Basics of Interferometry

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Language: Anglais
Cover of the book Basics of Interferometry

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214 p. · 15.2x22.9 cm
This book is for those who have some knowledge of optics, but little or no previous experience in interferometry. Accordingly, the carefully designed presentation helps readers easily find and assimilate the interferometric techniques they need for precision measurements. Mathematics is held to a minimum, and the topics covered are also summarized in capsule overviews at the beginning and end of each chapter. Each chapter also contains a set of worked problems that give a feel for numbers.
The first five chapters present a clear tutorial review of fundamentals. Chapters six and seven discuss the types of lasers and photodetectors used in interferometry. The next eight chapters describe key applications of interferometry: measurements of length, optical testing, studies of refractive index fields, interference microscopy, holographic and speckle interferometry, interferometric sensors, interference spectroscopy, and Fourier-transform spectroscopy. The final chapter offers suggestions on choosing and setting up an interferometer.
Interference: A Primer. Two-Beam Interferometers. Light Sources. Multiple-Beam Interference. The Laser as a Light Source. Detectors. Measurements of Length. Optical Testing. Digital Techniques. Macro- and Micro-Interferometry. Holographic and Speckle Interferometry. Interferometric Sensors. Interferences Spectroscopy. Fourier-Transform Spectroscopy. Choosing an Interferometer. Index.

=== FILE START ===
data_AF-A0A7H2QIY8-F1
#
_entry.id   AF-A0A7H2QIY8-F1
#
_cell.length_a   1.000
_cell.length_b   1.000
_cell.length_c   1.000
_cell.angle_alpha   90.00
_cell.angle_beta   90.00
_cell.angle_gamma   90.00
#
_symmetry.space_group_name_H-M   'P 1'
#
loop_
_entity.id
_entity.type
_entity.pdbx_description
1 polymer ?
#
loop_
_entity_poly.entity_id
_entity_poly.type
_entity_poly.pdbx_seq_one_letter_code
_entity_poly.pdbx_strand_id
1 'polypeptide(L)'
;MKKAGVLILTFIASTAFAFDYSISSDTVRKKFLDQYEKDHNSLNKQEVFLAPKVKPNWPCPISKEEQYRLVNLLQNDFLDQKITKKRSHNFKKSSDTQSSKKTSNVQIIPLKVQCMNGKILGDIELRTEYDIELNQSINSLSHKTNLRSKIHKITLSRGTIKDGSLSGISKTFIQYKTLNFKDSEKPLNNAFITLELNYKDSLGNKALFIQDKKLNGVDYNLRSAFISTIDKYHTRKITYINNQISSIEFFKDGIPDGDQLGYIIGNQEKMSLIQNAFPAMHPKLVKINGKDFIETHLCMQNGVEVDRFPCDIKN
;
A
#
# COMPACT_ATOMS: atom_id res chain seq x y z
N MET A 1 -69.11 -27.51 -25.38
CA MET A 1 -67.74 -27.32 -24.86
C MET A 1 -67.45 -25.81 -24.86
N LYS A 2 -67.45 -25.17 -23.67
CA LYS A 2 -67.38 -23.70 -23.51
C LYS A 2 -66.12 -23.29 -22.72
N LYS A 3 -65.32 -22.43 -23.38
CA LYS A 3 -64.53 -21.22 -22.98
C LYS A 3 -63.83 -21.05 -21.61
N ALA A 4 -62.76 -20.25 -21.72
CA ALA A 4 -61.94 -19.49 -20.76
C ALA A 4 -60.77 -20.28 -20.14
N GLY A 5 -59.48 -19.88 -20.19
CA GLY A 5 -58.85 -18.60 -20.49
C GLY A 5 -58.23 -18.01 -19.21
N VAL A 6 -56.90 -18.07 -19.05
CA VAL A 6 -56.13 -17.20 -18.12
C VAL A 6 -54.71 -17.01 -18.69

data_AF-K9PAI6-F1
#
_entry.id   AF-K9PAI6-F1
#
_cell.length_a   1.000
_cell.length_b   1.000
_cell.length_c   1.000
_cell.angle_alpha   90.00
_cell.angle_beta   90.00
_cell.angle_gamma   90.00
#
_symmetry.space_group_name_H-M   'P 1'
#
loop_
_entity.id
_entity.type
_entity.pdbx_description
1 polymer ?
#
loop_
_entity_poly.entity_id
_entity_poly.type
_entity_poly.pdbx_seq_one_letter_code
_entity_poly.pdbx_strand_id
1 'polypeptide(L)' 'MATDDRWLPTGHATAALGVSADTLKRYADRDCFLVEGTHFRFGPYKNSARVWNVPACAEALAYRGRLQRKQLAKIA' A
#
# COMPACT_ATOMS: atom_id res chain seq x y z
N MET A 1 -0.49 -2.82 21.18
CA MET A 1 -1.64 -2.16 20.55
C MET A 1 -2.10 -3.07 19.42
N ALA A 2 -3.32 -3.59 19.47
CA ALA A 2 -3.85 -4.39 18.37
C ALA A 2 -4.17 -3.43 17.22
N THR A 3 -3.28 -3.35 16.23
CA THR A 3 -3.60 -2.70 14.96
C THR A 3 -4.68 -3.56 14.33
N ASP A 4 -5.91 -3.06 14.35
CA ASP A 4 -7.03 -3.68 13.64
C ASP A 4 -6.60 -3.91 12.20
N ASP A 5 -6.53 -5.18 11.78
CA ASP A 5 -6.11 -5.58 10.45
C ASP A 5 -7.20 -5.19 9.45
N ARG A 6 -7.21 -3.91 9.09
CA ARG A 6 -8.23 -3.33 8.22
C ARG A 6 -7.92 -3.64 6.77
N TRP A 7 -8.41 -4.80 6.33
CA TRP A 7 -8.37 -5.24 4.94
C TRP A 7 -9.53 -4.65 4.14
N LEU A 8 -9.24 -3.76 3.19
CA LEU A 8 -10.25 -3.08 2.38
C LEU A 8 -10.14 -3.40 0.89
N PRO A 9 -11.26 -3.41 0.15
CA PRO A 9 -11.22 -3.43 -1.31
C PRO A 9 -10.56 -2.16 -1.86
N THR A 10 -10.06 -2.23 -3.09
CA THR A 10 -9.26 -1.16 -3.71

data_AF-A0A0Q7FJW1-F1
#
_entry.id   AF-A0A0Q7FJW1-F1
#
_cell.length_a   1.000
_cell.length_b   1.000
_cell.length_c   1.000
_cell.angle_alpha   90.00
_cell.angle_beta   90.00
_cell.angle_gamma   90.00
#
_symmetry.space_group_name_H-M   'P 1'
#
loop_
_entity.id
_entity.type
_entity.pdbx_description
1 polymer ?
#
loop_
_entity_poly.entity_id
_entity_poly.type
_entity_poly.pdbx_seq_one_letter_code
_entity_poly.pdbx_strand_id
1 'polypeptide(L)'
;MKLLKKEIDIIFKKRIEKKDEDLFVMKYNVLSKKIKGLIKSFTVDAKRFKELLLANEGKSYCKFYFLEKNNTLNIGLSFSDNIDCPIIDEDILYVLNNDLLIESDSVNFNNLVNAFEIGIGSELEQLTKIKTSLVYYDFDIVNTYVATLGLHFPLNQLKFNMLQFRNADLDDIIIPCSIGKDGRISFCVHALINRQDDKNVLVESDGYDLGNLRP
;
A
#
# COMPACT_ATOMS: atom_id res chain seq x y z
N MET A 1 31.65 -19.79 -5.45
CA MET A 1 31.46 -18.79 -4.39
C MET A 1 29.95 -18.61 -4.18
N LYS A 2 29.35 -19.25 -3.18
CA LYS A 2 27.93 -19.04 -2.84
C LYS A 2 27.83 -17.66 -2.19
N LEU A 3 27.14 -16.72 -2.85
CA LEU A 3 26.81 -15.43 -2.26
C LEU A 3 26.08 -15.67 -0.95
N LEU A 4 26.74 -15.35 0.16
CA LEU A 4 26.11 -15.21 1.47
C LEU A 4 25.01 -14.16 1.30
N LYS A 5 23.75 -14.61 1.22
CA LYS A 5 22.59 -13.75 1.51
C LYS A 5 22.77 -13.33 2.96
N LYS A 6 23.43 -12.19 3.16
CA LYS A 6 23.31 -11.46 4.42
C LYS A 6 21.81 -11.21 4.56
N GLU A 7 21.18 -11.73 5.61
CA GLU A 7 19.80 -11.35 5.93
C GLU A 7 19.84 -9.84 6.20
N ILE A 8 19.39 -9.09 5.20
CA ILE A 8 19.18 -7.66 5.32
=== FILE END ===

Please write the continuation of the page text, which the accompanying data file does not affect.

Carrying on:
Engineers, physicists, graduate students in physics and engineering, and optical technicians.
Professor P. Hariharan is a Research Fellow in the Division of Telecommunications and Industrial Physics of CSIRO in Sydney and a Visiting Professor at the University of Sydney. His main research interests are interferometry and holography. He is a Fellow of SPIE (The International Society for Optical Engineering), the Optical Society of America (OSA), the Institute of Physics, London, and the Royal Photographic Society. He was a vice-president and then the treasurer of the International Commission of Optics, as well as a director of SPIE. Honors he has received include OSA’s Joseph Fraunhofer Award, the Henderson Medal of the Royal Photographic Society, the Thomas Young Medal of the Institute of Physics, London, SPIE’s Dennis Gabor Award and, most recently, SPIE’s highest award, the Gold Medal.